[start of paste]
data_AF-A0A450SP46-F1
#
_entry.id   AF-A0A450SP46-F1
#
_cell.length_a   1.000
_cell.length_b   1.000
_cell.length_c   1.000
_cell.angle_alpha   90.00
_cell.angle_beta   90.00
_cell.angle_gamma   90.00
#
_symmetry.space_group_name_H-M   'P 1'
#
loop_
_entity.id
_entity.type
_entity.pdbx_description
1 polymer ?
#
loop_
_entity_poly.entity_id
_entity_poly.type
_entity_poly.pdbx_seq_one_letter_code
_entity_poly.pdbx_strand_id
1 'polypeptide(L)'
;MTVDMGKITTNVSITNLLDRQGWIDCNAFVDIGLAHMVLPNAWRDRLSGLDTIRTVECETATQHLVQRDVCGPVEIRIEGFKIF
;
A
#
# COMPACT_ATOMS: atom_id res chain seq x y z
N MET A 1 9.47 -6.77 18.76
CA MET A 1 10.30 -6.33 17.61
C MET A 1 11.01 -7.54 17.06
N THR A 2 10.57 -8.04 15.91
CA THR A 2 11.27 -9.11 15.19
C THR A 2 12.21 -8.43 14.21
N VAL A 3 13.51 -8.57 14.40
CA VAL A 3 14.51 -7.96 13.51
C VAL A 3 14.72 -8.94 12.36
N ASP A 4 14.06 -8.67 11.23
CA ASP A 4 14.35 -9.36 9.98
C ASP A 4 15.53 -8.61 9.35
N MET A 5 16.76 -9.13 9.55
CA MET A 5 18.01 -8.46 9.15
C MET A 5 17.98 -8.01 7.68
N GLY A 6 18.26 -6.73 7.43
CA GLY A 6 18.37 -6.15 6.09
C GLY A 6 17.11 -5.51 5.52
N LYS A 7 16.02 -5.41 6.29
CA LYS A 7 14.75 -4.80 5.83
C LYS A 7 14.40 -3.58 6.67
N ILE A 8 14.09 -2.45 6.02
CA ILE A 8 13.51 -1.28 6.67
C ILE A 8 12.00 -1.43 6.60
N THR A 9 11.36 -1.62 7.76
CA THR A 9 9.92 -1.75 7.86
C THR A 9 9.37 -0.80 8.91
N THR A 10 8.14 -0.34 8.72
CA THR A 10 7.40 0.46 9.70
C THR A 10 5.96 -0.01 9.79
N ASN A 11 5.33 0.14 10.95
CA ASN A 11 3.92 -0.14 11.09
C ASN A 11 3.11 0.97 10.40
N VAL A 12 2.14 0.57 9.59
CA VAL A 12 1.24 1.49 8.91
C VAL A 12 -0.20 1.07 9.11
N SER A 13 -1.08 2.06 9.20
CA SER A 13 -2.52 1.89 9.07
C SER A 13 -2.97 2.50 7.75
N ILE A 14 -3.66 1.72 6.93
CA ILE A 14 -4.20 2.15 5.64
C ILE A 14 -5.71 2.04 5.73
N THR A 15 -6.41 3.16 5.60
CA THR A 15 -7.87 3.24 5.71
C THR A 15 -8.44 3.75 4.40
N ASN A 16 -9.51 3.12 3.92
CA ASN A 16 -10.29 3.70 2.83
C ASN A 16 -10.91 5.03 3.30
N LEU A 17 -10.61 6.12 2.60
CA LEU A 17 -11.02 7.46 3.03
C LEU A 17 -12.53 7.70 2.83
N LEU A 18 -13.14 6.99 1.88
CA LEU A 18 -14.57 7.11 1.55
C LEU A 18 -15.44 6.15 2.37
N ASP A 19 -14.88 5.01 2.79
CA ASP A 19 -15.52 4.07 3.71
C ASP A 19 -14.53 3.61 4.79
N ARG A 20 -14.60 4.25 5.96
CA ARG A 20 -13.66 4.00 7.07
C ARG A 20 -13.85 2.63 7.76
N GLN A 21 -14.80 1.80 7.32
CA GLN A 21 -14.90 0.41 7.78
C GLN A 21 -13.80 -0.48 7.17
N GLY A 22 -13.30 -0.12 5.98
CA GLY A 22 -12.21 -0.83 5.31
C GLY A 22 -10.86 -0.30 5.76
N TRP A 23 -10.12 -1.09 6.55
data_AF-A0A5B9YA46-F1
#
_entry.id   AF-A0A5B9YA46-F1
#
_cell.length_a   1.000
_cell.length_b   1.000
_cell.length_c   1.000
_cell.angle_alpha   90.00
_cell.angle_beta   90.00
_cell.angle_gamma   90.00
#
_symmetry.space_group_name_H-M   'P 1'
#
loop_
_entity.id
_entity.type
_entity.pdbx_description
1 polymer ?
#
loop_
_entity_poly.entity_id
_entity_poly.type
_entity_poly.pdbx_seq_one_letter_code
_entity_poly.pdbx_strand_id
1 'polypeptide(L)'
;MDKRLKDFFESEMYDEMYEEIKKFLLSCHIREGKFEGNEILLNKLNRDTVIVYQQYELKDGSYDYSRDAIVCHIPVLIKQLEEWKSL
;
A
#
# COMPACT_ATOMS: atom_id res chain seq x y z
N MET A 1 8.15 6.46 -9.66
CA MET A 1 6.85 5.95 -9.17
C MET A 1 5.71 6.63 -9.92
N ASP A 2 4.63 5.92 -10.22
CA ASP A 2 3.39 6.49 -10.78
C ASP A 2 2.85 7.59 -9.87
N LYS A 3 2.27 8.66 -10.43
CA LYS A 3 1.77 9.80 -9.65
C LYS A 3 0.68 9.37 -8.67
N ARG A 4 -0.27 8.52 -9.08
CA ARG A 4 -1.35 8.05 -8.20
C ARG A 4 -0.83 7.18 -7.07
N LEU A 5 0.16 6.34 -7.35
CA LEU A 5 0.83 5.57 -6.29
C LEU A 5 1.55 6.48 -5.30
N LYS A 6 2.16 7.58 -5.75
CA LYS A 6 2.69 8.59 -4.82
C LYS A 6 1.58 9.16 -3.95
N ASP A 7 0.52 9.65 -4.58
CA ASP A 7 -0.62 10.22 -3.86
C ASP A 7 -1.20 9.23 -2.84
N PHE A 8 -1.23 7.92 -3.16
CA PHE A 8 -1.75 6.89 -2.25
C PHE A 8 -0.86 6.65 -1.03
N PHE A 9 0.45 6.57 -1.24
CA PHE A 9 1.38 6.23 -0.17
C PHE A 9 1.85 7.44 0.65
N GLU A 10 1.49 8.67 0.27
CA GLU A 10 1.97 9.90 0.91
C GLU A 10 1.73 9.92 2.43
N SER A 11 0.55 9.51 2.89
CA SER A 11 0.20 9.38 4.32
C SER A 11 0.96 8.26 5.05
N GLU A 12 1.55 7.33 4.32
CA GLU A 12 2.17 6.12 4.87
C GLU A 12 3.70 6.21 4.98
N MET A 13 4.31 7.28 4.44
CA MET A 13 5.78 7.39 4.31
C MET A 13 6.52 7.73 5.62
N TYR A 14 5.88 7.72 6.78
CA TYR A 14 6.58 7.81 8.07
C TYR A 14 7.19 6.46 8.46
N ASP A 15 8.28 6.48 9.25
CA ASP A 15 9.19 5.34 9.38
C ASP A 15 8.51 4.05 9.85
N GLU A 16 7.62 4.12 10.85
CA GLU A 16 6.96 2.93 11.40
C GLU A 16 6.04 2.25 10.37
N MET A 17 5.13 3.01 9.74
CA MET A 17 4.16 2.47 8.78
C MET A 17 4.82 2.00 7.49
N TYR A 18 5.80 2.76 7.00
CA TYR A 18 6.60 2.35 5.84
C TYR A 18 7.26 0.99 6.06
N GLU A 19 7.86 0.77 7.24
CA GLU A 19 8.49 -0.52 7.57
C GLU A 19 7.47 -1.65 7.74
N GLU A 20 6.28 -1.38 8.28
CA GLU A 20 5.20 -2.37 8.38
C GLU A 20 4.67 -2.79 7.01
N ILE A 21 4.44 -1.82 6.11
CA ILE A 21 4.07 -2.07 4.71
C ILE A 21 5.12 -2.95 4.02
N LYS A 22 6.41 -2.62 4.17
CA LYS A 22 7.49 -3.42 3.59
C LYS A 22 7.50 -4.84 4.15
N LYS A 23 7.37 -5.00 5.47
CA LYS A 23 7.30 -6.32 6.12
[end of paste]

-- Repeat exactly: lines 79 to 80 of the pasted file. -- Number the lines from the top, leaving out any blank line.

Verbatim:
N LEU A 17 -10.61 6.12 2.60
CA LEU A 17 -11.02 7.46 3.03